To the Editor.—
Since the course of chronic active hepatitis includes spontaneous exacerbations and remissions, it may be difficult to recognize an intercurrent and unrelated hepatic illness. Specific serological testing for hepatitis A and B has allowed a clearer definition, as regards etiology, in recurrent episodes of acute hepatitis as well as in chronic hepatitis.1 This short comment concerns a patient with known hepatitis B surface antigen (HBsAg)-positive associated chronic hepatitis/cirrhosis in whom an intercurrent episode of hepatitis A developed that would not have been appreciated without serological testing.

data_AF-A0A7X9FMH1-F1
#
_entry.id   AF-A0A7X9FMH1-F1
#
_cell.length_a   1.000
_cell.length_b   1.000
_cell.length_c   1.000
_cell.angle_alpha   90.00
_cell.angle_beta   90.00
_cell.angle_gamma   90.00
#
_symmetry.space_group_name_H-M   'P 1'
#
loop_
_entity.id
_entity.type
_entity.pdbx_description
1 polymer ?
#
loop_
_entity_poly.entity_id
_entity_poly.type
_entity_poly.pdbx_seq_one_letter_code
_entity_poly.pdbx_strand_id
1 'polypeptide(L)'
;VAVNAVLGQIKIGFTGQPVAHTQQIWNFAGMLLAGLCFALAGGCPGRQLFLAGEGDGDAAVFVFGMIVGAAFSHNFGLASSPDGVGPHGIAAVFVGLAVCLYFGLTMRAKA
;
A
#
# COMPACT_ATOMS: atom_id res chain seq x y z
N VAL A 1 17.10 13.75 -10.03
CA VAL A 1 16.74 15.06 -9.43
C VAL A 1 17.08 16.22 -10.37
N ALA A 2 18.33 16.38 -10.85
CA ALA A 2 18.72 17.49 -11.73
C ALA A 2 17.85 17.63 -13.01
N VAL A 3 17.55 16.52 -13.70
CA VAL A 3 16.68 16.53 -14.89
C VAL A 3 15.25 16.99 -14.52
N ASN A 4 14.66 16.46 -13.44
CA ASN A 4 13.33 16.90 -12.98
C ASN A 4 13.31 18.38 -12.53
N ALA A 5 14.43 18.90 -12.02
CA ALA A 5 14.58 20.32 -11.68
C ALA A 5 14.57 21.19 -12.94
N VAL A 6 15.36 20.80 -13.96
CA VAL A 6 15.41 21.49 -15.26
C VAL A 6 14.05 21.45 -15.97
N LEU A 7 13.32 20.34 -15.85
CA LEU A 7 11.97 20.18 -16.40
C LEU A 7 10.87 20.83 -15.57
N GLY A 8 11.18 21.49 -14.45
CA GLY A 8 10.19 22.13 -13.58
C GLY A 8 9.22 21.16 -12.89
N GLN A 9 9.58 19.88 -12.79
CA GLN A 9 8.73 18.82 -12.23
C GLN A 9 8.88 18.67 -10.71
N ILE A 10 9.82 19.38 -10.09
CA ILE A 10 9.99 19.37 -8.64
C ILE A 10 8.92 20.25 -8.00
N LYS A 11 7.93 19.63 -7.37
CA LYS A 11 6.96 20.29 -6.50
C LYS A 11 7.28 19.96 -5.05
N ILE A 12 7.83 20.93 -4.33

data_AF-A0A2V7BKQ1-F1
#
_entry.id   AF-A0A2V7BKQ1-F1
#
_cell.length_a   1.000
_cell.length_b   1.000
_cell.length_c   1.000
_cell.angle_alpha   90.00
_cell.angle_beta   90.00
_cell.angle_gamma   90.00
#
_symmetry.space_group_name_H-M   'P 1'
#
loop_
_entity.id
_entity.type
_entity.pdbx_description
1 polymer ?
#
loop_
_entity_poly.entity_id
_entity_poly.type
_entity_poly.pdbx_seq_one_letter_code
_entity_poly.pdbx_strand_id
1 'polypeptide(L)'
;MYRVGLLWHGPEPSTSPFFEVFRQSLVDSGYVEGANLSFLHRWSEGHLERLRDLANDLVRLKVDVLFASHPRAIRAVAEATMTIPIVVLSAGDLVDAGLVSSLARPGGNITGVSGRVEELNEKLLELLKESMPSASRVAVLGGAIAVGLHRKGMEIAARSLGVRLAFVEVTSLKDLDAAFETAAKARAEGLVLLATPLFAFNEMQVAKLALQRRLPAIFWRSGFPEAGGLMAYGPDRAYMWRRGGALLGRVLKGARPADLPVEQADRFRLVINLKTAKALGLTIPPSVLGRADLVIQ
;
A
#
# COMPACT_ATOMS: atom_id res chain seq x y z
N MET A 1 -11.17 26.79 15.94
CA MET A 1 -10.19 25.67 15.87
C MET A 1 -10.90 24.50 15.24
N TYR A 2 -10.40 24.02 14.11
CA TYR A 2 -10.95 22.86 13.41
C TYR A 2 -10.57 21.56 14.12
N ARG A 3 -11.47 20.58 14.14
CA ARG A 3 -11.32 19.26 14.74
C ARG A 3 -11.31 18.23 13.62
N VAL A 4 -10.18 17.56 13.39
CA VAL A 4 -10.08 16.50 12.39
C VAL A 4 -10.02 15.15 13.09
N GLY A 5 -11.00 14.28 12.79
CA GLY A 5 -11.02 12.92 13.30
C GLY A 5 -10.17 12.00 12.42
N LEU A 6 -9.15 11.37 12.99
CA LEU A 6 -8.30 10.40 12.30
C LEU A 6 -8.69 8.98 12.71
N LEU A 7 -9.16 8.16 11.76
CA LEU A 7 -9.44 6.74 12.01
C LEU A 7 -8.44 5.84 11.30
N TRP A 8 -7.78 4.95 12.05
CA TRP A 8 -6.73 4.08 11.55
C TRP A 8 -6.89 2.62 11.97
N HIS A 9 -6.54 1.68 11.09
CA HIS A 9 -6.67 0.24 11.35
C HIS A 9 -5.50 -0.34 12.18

Report of a Case.—
A 58-year-old male health care worker had development of an acute HBsAg-positive viral hepatitis in March 1979. His liver function test results improved, but neither the alkaline phosphatase nor transaminase (SGOT) returned to normal levels over the following six months. Serological follow-up indicated that he continued to be HBsAg positive, anti-HBc positive, and anti-HBs negative. In
Willson RA. Intercurrent Hepatitis A in B Viral Hepatitis. JAMA. 1981;245(24):2495. doi:10.1001/jama.1981.03310490013010
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